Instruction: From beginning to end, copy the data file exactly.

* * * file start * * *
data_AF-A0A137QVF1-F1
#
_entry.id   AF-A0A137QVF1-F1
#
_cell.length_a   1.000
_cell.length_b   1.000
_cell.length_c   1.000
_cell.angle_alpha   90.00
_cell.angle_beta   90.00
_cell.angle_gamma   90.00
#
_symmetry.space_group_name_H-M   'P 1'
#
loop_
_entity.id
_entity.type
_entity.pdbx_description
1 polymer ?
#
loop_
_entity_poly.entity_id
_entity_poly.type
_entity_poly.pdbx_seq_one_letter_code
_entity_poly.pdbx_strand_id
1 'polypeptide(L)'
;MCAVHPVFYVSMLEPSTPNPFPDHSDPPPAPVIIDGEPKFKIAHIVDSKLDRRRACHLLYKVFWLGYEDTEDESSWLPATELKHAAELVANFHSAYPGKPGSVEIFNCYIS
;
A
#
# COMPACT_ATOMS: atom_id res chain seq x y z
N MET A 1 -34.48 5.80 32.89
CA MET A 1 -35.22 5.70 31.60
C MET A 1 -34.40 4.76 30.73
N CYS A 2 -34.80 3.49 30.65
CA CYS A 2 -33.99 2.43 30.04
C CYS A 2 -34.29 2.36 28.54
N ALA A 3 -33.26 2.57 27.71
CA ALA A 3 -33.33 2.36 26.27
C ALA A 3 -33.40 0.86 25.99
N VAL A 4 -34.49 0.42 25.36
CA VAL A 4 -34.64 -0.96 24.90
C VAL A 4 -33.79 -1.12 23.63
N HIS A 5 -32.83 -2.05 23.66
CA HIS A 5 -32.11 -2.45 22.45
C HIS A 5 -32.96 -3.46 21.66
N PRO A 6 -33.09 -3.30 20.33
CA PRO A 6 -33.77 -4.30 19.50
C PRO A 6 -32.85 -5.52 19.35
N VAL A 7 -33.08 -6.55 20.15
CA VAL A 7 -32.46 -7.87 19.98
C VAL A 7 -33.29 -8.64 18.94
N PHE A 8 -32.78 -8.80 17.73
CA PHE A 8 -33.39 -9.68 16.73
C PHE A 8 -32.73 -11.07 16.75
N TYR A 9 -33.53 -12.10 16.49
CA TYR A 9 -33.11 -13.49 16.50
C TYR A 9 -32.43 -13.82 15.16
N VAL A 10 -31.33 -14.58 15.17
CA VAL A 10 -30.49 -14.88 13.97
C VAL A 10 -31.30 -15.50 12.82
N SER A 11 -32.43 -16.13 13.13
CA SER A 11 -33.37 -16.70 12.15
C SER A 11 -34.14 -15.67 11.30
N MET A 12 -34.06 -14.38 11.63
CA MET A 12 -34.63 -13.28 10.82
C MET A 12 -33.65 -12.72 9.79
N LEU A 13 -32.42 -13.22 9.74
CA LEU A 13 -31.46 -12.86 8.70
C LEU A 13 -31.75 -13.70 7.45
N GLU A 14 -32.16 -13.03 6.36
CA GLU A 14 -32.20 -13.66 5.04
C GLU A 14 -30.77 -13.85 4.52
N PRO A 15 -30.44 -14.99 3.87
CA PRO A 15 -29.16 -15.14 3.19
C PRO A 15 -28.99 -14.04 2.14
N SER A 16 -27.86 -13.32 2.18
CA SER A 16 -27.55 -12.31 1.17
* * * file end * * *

data_AF-A0A137QVF1-F1
#
_entry.id   AF-A0A137QVF1-F1
#
_cell.length_a   1.000
_cell.length_b   1.000
_cell.length_c   1.000
_cell.angle_alpha   90.00
_cell.angle_beta   90.00
_cell.angle_gamma   90.00
#
_symmetry.space_group_name_H-M   'P 1'
#
loop_
_entity.id
_entity.type
_entity.pdbx_description
1 polymer ?
#
loop_
_entity_poly.entity_id
_entity_poly.type
_entity_poly.pdbx_seq_one_letter_code
_entity_poly.pdbx_strand_id
1 'polypeptide(L)'
;MCAVHPVFYVSMLEPSTPNPFPDHSDPPPAPVIIDGEPKFKIAHIVDSKLDRRRACHLLYKVFWLGYEDTEDESSWLPATELKHAAELVANFHSAYPGKPGSVEIFNCYIS
;
A
#
# COMPACT_ATOMS: atom_id res chain seq x y z
N MET A 1 -34.48 5.80 32.89
CA MET A 1 -35.22 5.70 31.60
C MET A 1 -34.40 4.76 30.73
N CYS A 2 -34.80 3.49 30.65
CA CYS A 2 -33.99 2.43 30.04
C CYS A 2 -34.29 2.36 28.54
N ALA A 3 -33.26 2.57 27.71
CA ALA A 3 -33.33 2.36 26.27
C ALA A 3 -33.40 0.86 25.99
N VAL A 4 -34.49 0.42 25.36
CA VAL A 4 -34.64 -0.96 24.90
C VAL A 4 -33.79 -1.12 23.63
N HIS A 5 -32.83 -2.05 23.66
CA HIS A 5 -32.11 -2.45 22.45
C HIS A 5 -32.96 -3.46 21.66
N PRO A 6 -33.09 -3.30 20.33
CA PRO A 6 -33.77 -4.30 19.50
C PRO A 6 -32.85 -5.52 19.35
N VAL A 7 -33.08 -6.55 20.15
CA VAL A 7 -32.46 -7.87 19.98
C VAL A 7 -33.29 -8.64 18.94
N PHE A 8 -32.78 -8.80 17.73
CA PHE A 8 -33.39 -9.68 16.73
C PHE A 8 -32.73 -11.07 16.75
N TYR A 9 -33.53 -12.10 16.49
CA TYR A 9 -33.11 -13.49 16.50
C TYR A 9 -32.43 -13.82 15.16
N VAL A 10 -31.33 -14.58 15.17
CA VAL A 10 -30.49 -14.88 13.97
C VAL A 10 -31.30 -15.50 12.82
N SER A 11 -32.43 -16.13 13.13
CA SER A 11 -33.37 -16.70 12.15
C SER A 11 -34.14 -15.67 11.30
N MET A 12 -34.06 -14.38 11.63
CA MET A 12 -34.63 -13.28 10.82
C MET A 12 -33.65 -12.72 9.79
N LEU A 13 -32.42 -13.22 9.74
CA LEU A 13 -31.46 -12.86 8.70
C LEU A 13 -31.75 -13.70 7.45
N GLU A 14 -32.16 -13.03 6.36
CA GLU A 14 -32.20 -13.66 5.04
C GLU A 14 -30.77 -13.85 4.52
N PRO A 15 -30.44 -14.99 3.87
CA PRO A 15 -29.16 -15.14 3.19
C PRO A 15 -28.99 -14.04 2.14
N SER A 16 -27.86 -13.32 2.18
CA SER A 16 -27.55 -12.31 1.17